Saxon Connor is a Christchurch surgeon. The views expressed in this column are personal and do not represent those of his employers. OPINION: There is now widespread disruption to the provision of hospital-based healthcare across Aotearoa. The underlying cause is not simply the increased demand from the COVID-19 and influenza. As a nation we have accepted...Continue reading
As far as referenda go, I think there’s general agreement on this: to ask Australians to consider, at the same referendum, two questions — one on Indigenous voice, and the other on a republic — is too big an ask. Nevertheless, we could do what the Irish did in 2012. Ireland held a Citizens’ Constitutional...
U.S. President Joe Biden is set to host a virtual summit this week for leaders from government, civil society, and the private sector to discuss the renewal of democracy. We can expect to see plenty of worthy yet predictable issues discussed: the threat of foreign agents interfering in elections, online disinformation, political polarization, and the...Continue reading
With so many independents running, there’s a suggestion that Australia is on the precipice of a tectonic shift in politics. If only. These aspiring independents are launching their campaigns replete with catchy slogans, brightly coloured posters and t-shirts, and all the razzamatazz of politics-as-usual. “They’re not calling them parties at the moment, but that’s not...Continue reading
By some metrics, American democracy is in great shape. Despite a pandemic, and a switch to mass mail-in voting, the 2020 presidential election witnessed the highest voter turnout in U.S. history with 158 million people casting ballots. That’s about 66% of the voting-eligible population, the highest percentage since 1900 when 74% voted. Of course, many factors may have...Continue reading
Whichever party wins office in this presidential race, the US is likely to persist as a conflict-ridden country. But it’s not alone. America is simply a bald-faced illustration of how elections generate animated and antagonistic political campaigns — resulting in a fractured body politic. Electoral regulations go some way to ensure the integrity of the...Continue reading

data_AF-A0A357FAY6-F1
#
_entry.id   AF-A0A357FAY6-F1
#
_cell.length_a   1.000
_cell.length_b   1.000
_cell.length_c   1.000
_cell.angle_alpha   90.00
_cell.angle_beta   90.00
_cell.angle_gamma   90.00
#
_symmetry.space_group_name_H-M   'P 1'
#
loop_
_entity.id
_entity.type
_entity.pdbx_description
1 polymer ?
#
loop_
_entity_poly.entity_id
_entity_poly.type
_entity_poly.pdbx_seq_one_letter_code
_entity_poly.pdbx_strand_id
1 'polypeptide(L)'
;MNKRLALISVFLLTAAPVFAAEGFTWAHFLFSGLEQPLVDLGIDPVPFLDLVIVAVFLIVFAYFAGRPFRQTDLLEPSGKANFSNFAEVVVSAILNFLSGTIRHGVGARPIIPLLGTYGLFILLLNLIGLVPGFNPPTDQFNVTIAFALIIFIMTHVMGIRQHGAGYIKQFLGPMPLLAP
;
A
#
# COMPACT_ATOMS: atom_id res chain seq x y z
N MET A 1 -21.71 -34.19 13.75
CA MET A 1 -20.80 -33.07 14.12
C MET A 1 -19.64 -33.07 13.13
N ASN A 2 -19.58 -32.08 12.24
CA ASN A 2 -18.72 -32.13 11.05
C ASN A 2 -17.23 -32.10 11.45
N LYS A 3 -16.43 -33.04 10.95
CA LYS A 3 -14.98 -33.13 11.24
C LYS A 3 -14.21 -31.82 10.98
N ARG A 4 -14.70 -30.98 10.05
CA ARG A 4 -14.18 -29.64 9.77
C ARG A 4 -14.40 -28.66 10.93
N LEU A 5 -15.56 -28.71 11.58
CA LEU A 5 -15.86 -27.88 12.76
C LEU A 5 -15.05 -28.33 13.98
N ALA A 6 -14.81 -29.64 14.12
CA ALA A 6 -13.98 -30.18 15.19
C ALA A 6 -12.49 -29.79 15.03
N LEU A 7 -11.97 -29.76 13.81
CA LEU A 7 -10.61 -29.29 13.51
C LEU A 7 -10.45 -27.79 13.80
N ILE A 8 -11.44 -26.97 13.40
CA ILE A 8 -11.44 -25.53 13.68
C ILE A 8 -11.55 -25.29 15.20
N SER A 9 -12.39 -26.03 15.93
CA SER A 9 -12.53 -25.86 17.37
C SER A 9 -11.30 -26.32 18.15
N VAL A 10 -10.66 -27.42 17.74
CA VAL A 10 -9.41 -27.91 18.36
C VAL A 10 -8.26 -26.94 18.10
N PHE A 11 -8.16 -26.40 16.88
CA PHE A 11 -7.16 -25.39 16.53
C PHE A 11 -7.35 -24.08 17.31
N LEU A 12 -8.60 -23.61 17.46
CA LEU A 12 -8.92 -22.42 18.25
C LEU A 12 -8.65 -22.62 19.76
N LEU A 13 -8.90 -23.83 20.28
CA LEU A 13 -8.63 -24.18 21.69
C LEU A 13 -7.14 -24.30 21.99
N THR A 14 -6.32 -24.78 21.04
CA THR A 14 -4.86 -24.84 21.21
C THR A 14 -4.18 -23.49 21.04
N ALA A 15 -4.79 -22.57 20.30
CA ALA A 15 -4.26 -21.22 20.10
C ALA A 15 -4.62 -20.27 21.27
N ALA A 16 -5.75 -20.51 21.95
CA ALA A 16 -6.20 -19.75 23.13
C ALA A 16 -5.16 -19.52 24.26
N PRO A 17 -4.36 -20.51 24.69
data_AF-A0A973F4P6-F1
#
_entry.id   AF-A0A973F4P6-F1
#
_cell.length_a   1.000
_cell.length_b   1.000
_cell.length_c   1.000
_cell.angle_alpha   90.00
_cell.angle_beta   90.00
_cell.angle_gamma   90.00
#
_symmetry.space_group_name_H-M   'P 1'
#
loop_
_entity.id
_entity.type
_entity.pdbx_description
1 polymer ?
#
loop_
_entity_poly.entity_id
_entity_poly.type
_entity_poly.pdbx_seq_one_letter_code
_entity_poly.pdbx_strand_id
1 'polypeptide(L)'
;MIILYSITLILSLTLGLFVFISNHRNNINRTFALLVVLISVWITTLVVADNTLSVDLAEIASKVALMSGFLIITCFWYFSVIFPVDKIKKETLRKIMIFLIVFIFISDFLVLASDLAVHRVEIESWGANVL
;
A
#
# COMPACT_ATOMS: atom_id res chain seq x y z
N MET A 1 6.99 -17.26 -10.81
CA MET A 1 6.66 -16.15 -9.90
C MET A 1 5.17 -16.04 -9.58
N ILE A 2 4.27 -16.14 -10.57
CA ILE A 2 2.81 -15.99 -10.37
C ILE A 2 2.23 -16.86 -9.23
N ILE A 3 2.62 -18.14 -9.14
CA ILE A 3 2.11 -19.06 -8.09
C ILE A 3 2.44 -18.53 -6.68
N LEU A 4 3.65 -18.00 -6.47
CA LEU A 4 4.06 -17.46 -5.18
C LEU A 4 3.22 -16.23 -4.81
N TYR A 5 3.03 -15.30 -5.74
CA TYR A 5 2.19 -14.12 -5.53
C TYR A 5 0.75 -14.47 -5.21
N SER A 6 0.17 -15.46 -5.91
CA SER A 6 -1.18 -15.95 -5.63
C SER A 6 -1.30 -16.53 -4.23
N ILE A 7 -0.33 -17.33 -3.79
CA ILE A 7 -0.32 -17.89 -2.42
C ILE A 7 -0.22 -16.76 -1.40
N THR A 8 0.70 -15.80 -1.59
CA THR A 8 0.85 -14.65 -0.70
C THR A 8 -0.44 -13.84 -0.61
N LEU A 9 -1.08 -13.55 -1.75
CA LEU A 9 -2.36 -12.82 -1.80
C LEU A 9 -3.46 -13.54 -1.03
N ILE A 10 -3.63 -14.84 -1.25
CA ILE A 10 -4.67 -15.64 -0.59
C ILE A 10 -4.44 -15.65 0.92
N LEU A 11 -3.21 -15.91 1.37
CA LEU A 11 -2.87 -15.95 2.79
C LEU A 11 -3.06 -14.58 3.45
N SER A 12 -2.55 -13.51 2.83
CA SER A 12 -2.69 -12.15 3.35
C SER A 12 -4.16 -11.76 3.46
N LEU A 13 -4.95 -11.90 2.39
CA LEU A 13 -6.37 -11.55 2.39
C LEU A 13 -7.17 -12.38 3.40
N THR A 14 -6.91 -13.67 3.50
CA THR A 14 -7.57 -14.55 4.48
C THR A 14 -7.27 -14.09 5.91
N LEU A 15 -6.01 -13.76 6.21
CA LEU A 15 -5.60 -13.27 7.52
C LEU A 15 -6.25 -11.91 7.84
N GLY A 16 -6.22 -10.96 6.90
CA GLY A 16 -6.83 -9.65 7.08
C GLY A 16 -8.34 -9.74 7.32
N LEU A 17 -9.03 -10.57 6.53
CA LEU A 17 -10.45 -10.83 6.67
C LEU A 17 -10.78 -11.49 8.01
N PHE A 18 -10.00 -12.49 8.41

Cathleen O’Grady in Science Magazine, Oct. 29, 2020 , 1:45 PM Until recently, Sue Peachey, an apartment building manager in Bath, U.K., didn’t think much about climate change. “I did my recycling,” she says. “I just wasn’t aware of how serious it was.” She never imagined the U.K. Parliament asking for her advice on climate...Continue reading
Last week, The Economist UK strongly and clearly endorsed that the use of juries of citizens warrants the attention of anyone seeking to do democracy better. At the core of their reasoning is a practical reality: real-world policy issues which would normally get mired in ‘politics-as-usual’ have been freed up and seen elected leaders from...Continue reading
By Luca Belgiorno-Nettis, July 8, 2020 Not since the war has an Australian government mobilised so comprehensively: $260 billion, or 13 per cent of the country’s GDP, is a whopping big number. It was only six months ago that Australia was tested by bushfires and floods, but those calamities have now been overtaken by another...
In Bolivia, a political activist radically reforms the voting process for… student council elections. Who else does he convince? Revisionist History. And maybe a fancy private school in New Jersey. http://leopard.megaphone.fm/CAD9439991498.mp3 Revisionist History, Season 5, Episode 3: The Powerball Revolution Student Government Lottery in Bolivia, video courtesy of Adam Cronkright and Democracy in Practice. Adam...Continue reading